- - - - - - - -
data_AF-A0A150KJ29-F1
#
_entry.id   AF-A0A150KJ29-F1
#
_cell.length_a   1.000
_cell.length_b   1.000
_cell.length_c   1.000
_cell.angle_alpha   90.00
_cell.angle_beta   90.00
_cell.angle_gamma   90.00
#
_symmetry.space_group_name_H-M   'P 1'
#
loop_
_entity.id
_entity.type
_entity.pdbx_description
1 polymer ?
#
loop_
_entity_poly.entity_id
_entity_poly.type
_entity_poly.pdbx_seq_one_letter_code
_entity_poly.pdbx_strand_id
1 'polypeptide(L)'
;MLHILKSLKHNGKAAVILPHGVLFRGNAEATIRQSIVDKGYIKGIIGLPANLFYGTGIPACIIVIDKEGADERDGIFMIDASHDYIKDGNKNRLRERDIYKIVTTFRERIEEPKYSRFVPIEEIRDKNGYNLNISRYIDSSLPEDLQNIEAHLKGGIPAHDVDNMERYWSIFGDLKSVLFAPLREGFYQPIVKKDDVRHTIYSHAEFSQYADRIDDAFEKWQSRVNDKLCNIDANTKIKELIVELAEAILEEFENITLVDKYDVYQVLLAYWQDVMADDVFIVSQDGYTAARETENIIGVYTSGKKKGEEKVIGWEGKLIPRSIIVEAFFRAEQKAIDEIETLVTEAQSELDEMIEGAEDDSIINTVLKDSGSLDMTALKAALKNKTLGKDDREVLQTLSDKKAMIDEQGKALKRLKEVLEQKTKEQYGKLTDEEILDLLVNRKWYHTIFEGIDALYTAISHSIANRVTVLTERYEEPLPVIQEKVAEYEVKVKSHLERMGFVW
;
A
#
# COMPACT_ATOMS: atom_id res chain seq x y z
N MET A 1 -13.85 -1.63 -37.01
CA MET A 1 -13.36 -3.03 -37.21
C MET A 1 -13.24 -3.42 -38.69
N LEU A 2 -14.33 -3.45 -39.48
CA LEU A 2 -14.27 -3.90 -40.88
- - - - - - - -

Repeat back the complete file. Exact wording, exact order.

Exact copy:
data_AF-A0A150KJ29-F1
#
_entry.id   AF-A0A150KJ29-F1
#
_cell.length_a   1.000
_cell.length_b   1.000
_cell.length_c   1.000
_cell.angle_alpha   90.00
_cell.angle_beta   90.00
_cell.angle_gamma   90.00
#
_symmetry.space_group_name_H-M   'P 1'
#
loop_
_entity.id
_entity.type
_entity.pdbx_description
1 polymer ?
#
loop_
_entity_poly.entity_id
_entity_poly.type
_entity_poly.pdbx_seq_one_letter_code
_entity_poly.pdbx_strand_id
1 'polypeptide(L)'
;MLHILKSLKHNGKAAVILPHGVLFRGNAEATIRQSIVDKGYIKGIIGLPANLFYGTGIPACIIVIDKEGADERDGIFMIDASHDYIKDGNKNRLRERDIYKIVTTFRERIEEPKYSRFVPIEEIRDKNGYNLNISRYIDSSLPEDLQNIEAHLKGGIPAHDVDNMERYWSIFGDLKSVLFAPLREGFYQPIVKKDDVRHTIYSHAEFSQYADRIDDAFEKWQSRVNDKLCNIDANTKIKELIVELAEAILEEFENITLVDKYDVYQVLLAYWQDVMADDVFIVSQDGYTAARETENIIGVYTSGKKKGEEKVIGWEGKLIPRSIIVEAFFRAEQKAIDEIETLVTEAQSELDEMIEGAEDDSIINTVLKDSGSLDMTALKAALKNKTLGKDDREVLQTLSDKKAMIDEQGKALKRLKEVLEQKTKEQYGKLTDEEILDLLVNRKWYHTIFEGIDALYTAISHSIANRVTVLTERYEEPLPVIQEKVAEYEVKVKSHLERMGFVW
;
A
#
# COMPACT_ATOMS: atom_id res chain seq x y z
N MET A 1 -13.85 -1.63 -37.01
CA MET A 1 -13.36 -3.03 -37.21
C MET A 1 -13.24 -3.42 -38.69
N LEU A 2 -14.33 -3.45 -39.48
CA LEU A 2 -14.27 -3.90 -40.88